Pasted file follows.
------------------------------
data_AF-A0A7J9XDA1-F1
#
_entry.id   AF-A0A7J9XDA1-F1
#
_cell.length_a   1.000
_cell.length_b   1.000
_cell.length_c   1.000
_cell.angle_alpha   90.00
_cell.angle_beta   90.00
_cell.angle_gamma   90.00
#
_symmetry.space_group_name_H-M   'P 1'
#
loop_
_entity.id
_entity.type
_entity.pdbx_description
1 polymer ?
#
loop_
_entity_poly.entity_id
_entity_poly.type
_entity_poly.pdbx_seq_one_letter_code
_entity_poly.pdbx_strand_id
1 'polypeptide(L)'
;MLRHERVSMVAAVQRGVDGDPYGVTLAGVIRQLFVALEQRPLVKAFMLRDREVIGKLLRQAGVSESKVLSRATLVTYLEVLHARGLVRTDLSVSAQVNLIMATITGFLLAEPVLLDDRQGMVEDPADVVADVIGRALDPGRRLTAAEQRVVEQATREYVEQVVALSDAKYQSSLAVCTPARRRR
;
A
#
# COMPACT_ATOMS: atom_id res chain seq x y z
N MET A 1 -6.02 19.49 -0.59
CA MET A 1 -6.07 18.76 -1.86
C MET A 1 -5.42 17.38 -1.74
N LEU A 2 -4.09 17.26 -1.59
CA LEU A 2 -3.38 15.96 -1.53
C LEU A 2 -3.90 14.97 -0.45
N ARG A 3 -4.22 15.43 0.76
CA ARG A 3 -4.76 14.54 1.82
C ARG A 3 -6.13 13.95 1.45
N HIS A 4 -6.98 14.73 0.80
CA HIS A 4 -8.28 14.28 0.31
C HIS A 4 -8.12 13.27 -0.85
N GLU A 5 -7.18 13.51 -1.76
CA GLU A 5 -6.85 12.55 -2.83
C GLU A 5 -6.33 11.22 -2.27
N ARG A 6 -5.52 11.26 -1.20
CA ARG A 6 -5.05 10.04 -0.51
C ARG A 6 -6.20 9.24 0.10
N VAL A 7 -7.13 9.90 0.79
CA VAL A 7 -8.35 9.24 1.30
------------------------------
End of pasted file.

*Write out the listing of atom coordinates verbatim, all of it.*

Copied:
data_AF-A0A7J9XDA1-F1
#
_entry.id   AF-A0A7J9XDA1-F1
#
_cell.length_a   1.000
_cell.length_b   1.000
_cell.length_c   1.000
_cell.angle_alpha   90.00
_cell.angle_beta   90.00
_cell.angle_gamma   90.00
#
_symmetry.space_group_name_H-M   'P 1'
#
loop_
_entity.id
_entity.type
_entity.pdbx_description
1 polymer ?
#
loop_
_entity_poly.entity_id
_entity_poly.type
_entity_poly.pdbx_seq_one_letter_code
_entity_poly.pdbx_strand_id
1 'polypeptide(L)'
;MLRHERVSMVAAVQRGVDGDPYGVTLAGVIRQLFVALEQRPLVKAFMLRDREVIGKLLRQAGVSESKVLSRATLVTYLEVLHARGLVRTDLSVSAQVNLIMATITGFLLAEPVLLDDRQGMVEDPADVVADVIGRALDPGRRLTAAEQRVVEQATREYVEQVVALSDAKYQSSLAVCTPARRRR
;
A
#
# COMPACT_ATOMS: atom_id res chain seq x y z
N MET A 1 -6.02 19.49 -0.59
CA MET A 1 -6.07 18.76 -1.86
C MET A 1 -5.42 17.38 -1.74
N LEU A 2 -4.09 17.26 -1.59
CA LEU A 2 -3.38 15.96 -1.53
C LEU A 2 -3.90 14.97 -0.45
N ARG A 3 -4.22 15.43 0.76
CA ARG A 3 -4.76 14.54 1.82
C ARG A 3 -6.13 13.95 1.45
N HIS A 4 -6.98 14.73 0.80
CA HIS A 4 -8.28 14.28 0.31
C HIS A 4 -8.12 13.27 -0.85
N GLU A 5 -7.18 13.51 -1.76
CA GLU A 5 -6.85 12.55 -2.83
C GLU A 5 -6.33 11.22 -2.27
N ARG A 6 -5.52 11.26 -1.20
CA ARG A 6 -5.05 10.04 -0.51
C ARG A 6 -6.20 9.24 0.10
N VAL A 7 -7.13 9.90 0.79
CA VAL A 7 -8.35 9.24 1.30